During summer, largemouth bass on big impoundments usually hang out in deep, cool water where the oxygen level provides comfort. But another key to finding hot-weather bass is locating baitfish, usually threadfin shad, sunfish or small bluegills.

Bass often rise to depths where the water may be warmer than they prefer but contains submerged structure that provides shelter for baitfish. Bass must eat, and sometime during the day, they'll move to water where they can find a meal.

In early September, blowdown trees with their tips submerged in or near deep water often attract baitfish – and largemouths, and anglers who target the ends of blowdowns that hang over ledges or creek channels..

Because a blowdown will often hold several bass of different sizes, many fishermen use "outside-in" approach to lure presentation. Fish will position in a tree’s branches, often with the dominant fish staking out the cover closest to deeper water. Accordingly, the first cast should be toward the end of a submerged tree.

One productive technique is to cast Texas-rigged soft-plastic baits at one side of a tree, starting at submerged tips. Anglers also should work one side, then the other, basically to avoid hang-ups and spooking bass.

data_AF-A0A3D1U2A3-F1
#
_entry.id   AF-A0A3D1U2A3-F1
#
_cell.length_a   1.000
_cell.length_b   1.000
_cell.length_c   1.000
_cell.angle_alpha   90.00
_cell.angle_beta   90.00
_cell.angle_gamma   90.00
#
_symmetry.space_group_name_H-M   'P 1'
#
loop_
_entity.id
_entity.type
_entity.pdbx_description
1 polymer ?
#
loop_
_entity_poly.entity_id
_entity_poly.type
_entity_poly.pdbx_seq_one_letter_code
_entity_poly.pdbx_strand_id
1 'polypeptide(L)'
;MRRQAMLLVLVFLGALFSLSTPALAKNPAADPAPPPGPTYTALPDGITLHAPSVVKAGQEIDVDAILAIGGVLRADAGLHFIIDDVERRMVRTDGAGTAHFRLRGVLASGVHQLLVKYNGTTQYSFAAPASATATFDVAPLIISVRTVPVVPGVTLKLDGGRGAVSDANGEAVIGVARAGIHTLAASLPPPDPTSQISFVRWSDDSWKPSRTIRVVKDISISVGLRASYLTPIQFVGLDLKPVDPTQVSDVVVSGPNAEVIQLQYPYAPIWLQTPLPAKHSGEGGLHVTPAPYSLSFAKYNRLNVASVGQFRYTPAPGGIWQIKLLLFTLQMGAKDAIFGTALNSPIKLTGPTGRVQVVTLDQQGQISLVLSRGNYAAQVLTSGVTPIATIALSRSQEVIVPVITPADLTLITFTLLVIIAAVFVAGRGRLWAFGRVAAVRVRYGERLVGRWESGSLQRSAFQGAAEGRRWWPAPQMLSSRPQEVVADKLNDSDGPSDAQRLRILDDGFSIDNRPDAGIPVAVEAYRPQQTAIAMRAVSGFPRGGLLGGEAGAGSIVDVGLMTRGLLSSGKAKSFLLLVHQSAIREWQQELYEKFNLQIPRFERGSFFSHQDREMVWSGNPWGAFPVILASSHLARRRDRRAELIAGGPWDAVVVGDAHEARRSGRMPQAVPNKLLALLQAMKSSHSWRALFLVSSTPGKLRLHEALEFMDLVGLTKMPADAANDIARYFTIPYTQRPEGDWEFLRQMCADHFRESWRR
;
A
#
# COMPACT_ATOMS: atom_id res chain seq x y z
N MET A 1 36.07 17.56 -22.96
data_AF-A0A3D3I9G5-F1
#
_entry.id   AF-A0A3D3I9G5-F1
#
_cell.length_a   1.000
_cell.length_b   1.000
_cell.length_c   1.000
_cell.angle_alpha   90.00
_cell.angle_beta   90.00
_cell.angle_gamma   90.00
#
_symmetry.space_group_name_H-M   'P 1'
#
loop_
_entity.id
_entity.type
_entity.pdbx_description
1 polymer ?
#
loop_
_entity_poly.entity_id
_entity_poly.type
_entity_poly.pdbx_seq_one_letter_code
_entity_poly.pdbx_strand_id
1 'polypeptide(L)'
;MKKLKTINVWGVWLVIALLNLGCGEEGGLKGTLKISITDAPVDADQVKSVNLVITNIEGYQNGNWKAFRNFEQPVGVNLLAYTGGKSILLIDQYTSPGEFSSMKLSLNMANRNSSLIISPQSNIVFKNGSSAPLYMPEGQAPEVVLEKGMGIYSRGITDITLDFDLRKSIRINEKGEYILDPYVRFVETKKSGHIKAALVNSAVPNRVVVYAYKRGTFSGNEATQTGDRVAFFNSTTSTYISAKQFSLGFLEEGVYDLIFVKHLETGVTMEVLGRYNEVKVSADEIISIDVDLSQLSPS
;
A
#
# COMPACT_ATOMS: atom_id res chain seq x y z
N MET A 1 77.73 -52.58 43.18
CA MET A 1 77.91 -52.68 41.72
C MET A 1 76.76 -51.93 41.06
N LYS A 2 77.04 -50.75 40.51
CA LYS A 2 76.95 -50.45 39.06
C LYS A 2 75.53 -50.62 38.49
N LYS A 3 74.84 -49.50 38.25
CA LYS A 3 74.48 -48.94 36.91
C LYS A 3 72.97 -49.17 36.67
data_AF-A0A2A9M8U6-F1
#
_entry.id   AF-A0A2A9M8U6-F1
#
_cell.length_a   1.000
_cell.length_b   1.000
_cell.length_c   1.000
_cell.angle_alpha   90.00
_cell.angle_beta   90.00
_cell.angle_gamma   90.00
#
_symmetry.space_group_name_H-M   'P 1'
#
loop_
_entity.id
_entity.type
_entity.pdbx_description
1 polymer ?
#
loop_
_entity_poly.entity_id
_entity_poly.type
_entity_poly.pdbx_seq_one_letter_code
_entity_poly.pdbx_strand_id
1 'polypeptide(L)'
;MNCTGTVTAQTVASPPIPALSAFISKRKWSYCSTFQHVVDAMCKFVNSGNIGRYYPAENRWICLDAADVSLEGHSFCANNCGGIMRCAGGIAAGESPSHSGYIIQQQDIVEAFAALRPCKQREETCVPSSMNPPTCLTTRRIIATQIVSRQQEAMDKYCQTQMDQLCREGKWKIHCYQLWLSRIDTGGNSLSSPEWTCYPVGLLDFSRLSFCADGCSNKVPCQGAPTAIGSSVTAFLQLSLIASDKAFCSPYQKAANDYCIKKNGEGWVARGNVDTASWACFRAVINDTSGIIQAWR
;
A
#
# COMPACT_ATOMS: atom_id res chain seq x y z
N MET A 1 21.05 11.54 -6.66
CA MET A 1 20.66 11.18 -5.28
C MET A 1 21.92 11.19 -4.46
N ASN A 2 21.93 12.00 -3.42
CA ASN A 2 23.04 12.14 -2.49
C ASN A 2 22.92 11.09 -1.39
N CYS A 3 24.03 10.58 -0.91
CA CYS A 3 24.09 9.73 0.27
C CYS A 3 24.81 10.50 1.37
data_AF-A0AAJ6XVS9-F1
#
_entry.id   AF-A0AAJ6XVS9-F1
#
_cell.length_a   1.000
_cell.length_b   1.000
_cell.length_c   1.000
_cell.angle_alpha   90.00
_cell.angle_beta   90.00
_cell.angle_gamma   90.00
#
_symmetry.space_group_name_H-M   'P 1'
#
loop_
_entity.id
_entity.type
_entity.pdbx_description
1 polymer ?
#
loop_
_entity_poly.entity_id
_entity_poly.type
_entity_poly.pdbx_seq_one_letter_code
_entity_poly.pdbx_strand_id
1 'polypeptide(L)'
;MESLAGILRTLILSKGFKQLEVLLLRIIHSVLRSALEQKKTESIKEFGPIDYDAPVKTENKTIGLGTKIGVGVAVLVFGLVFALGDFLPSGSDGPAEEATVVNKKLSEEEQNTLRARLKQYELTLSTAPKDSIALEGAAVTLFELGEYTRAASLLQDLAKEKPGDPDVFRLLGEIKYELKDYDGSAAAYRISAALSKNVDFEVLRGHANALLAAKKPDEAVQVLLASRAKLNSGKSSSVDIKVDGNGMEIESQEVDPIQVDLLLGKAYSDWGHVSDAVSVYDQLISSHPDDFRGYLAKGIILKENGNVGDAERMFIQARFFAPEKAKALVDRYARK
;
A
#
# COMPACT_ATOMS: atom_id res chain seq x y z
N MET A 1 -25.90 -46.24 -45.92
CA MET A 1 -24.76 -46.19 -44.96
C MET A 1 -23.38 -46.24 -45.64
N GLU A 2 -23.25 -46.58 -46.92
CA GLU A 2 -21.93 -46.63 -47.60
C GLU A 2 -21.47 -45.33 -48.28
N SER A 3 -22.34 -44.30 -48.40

Boat position is important. Setting up to cast at a 45-degree angle toward a treetop is ideal. Most limbs and small branches grow off the trunk at that angle. Lures retrieved from the open end of that 45-degree angle have less chance to snag.

Medium-heavy baitcasting outfits are commonly used – but spinning tackle will work just fine – with reels spooled with 17- to 20-pound mono and an 18-inch leader of fluorocarbon. Bullet weights from 3/16- to 3/8-ounce are preferred so baits will sink slowly to the bottom.

When working a treetop, when an angler feels contact with a limb, most will pull the worm over the limb and let it drop to the next limb because bass often suspend at different depths, looking up for baitfish. They watch for and attack a falling plastic worm or lizard. Anglers should try to maintain contact with their lure by keeping slack out of the line as much as possible. Often, a line tick or jump will mean a bass has sucked in a lure, so that’s prime time to set the hook. If a worm stops its fall, that may indicate a bass has taken it in its mouth. The best idea then is to lift the rod tip to feel a fish, then jerk to cross his eyeballs.

It's a slow technique and hangups happen, but summertime means climbing through treetops for suspended bass.